$8,000,000.00 was paid) as found in the Coal Report is strengthened by
the Further Information submitted in Canadian Collieries' Reply  199
(a.)  Coal Report and other References thereto 1    199
(6.)  If Crow's Nest Pass Coal Company Capital  Structure built on similar
Principles,  it would be $144,000,000.00     199
(c.)   Analysis of Western Fuel Valuation by George Watkin Evans as stated
in  Canadian  Collieries'  Reply  199
Sec. 6.—Speculative Values of Intangible Assets should not be included in Capitalization of a Producing Coal Mining Company  200
(a.)  Opinions of George Oliver May expressed before United States Federal
Trade Commission thereon  200
(6.)   Such Intangible Assets should be excluded from Capitalization  200
(c.)  Purchase   and   Inclusion   of   these   Intangible   Assets   in   Capitalization
increased Cost and Selling Price of Coal  201 GENERAL INDEX.
CHAPTER X.—Continued. PAGB-
Sec.   7.—Depreciation Questions raised in Canadian Collieries' Reply  201
(a.)   Statement of Coal Company's two Main Objections  201
(6.)   Answer to Criticism of Method of Depreciation  201
(c.)  Answer to Objection that no Accurate Estimates can be made of Coal Recoverable from any particular Mine Opening  202
Sec.   8.—Canadian Collieries' Objection to Profit Position as found in Coal Report— 203
(a.)   Statement of Coal Company's two Main Objections  203
(6.)   Answer to Coal Company's Objection to inclusion of Bond Interest and
Bond Redemption Payments in Profit Position  203
(c.)   Continuation   thereof  204
Sec.   9.—Canadian Colleries charged Excessive Depreciation and used it for Other
Purposes  205
(a.)   Analysis of Depreciation Reserves as charged compared with 1934 Value
of Depreciating Assets      ....     205
(6.)   Large Depreciation Reserves forwarded in Cash to Montreal Office  205
(c.)   Company's  conduct  showed  that  Depreciation   Reserves  allowed  in   Coal
Report were not too Low when treated purely as Depreciation Reserves  205
Sec. 10.—Canadian  Collieries  have  not  substantiated  their  Objection  to  the  Coal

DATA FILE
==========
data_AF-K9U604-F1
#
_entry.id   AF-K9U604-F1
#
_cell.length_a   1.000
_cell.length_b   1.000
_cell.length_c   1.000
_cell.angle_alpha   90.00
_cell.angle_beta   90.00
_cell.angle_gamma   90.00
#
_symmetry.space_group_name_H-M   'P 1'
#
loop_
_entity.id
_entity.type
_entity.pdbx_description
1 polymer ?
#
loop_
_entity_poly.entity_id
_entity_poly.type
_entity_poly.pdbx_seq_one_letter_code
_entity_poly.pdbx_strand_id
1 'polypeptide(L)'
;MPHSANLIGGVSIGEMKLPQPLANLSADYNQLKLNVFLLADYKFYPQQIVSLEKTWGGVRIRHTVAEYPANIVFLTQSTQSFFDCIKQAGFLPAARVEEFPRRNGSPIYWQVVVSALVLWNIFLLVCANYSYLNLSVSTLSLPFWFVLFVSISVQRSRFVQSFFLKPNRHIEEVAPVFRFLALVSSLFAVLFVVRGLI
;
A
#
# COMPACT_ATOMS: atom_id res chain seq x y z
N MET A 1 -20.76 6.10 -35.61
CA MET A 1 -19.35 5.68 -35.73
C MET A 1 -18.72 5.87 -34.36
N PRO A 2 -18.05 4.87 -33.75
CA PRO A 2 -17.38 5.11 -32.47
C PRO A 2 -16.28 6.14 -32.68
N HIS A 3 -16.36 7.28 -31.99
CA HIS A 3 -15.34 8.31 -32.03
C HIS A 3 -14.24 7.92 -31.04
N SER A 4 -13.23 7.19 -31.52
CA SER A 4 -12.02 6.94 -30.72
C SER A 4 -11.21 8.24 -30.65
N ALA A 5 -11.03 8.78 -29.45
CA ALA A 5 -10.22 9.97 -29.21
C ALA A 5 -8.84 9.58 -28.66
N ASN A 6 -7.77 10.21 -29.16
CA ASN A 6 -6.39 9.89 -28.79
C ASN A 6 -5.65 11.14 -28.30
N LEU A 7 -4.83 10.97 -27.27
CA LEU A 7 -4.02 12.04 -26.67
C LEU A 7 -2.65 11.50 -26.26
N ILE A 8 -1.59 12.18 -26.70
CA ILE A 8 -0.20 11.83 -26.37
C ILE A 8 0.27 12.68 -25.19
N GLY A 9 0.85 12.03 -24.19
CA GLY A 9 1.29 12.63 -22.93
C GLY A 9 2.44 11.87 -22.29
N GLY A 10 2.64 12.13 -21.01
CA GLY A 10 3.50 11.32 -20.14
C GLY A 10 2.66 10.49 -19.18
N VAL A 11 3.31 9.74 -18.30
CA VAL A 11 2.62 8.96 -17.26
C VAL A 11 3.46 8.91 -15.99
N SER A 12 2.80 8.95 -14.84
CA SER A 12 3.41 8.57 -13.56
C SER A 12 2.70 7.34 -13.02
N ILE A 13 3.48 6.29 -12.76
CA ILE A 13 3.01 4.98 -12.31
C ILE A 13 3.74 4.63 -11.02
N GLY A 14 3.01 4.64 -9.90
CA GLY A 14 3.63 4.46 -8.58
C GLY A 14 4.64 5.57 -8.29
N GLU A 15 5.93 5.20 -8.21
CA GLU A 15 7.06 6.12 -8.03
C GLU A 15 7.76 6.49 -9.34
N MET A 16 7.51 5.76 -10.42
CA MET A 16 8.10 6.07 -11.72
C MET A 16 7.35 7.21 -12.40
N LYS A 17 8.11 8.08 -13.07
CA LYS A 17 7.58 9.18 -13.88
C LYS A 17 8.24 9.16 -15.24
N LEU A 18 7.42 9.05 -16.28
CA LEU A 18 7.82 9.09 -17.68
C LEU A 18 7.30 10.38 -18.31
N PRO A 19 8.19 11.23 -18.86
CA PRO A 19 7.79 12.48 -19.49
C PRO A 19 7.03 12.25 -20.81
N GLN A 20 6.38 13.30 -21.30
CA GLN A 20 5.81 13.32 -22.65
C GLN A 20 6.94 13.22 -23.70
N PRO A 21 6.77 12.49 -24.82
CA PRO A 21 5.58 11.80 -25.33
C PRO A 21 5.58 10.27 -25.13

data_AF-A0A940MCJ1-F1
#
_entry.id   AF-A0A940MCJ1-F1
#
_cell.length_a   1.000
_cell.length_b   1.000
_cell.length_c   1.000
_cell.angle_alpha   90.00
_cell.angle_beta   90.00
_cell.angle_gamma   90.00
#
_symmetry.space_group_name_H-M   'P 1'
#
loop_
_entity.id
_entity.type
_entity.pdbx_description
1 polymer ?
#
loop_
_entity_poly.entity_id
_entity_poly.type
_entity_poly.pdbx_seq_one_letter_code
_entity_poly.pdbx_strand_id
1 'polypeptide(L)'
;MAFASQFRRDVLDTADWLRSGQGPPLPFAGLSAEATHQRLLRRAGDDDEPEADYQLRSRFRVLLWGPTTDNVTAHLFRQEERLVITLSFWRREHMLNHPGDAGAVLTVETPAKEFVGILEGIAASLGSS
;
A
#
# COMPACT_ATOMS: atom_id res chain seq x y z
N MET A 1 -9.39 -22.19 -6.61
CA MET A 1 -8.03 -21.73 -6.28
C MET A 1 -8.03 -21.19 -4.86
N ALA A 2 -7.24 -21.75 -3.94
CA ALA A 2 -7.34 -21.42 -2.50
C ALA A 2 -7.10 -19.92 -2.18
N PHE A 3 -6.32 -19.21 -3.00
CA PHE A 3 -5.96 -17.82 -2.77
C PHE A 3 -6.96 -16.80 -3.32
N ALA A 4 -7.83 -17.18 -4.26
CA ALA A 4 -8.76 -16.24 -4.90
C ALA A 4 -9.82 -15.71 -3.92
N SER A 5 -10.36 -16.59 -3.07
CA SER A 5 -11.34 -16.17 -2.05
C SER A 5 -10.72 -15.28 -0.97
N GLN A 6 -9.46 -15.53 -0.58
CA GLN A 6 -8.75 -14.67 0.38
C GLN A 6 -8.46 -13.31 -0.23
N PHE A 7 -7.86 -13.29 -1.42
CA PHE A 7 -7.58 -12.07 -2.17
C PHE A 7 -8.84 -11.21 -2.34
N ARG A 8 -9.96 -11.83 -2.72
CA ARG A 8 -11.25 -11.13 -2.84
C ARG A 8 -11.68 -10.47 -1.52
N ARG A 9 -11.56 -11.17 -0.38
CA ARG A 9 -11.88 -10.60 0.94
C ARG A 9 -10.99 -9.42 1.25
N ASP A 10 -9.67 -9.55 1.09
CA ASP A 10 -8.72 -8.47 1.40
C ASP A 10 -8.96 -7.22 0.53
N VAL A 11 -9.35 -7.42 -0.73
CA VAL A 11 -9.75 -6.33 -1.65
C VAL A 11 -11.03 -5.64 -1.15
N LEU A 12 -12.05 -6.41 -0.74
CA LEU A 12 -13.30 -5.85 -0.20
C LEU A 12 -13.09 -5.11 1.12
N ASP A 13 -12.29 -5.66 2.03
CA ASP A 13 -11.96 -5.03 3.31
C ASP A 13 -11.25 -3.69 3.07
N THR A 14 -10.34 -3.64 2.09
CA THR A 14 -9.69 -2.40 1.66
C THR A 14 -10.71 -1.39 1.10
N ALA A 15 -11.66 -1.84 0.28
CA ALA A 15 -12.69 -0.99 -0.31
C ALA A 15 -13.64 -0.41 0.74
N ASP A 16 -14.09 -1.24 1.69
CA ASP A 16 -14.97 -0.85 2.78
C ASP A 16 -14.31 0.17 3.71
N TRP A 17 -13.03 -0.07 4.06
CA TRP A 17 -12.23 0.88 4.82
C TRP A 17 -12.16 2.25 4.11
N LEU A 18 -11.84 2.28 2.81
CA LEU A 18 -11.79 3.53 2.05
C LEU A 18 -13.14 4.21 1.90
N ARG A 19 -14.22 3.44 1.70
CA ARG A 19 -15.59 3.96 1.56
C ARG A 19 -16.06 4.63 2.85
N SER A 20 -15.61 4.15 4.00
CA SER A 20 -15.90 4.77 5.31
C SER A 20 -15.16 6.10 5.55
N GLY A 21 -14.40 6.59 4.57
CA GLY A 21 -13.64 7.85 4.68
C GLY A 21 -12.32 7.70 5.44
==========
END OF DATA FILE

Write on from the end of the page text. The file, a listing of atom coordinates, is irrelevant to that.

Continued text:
Report Finding, that Mining Costs can be reduced  206
(a.)  Preliminary Remarks thereon  206
(6.)  Dr. Gray does not assert that some Savings in Cost cannot be made  206
(c.)   Explanation of Table 69 Roslyn and Comox Flow Sheets  208
(d.)  Dr. Gray's Opinion is neither Specific nor Conclusive  208
(e.)  Mr. G. W. Evans is prepared to outline Ways of reducing Costs at Comox
and direct and supervise such a Programme, if requested  209
(/.)  Letters from Austin Corbin, Paul Shoup, Col. Sherwood Lett, and George
Watkin Evans  209
Sec. 11.—Reference to some Secondary Matters in Canadian Colleries' reply in addition to the Supplementary Memorandum    .   211
(o.)   Answer to Canadian Collieries Objections to Coal Company's Costs per Ton
.as stated in Coal Report ....   211
(6.)   Answer to Coal Company's Objection that Coal Rights under E. & N. Land
Belt were an Asset of Wellington Colliery Co., Ltd.  211
(c.)  Answer to Coal Company's objection to Coal Land Acreage at Nanaimo  212
Sec. 12.—Conclusion  212
(a.)  Preliminary statement  212
(6.)   Policy of Canadian Collieries' Bondholders to remain as Mortgagees in possession is a Source of Criticism  212
(c.)   Failure of Canadian Colleries to produce 1910 reports of Forster, Brown &
Rees, W. L. Coulson and Price, Waterhouse & Co., is a Source of Criticism 213
(d.)   Canadian  Collieries failed to  re-act favourably to  Carefully  Considered
suggestions regarding Reduced Costs of Mining  214
Supplementary Memorandum:
Answering in detail Specific Allegations of Error in Secondary Matters  215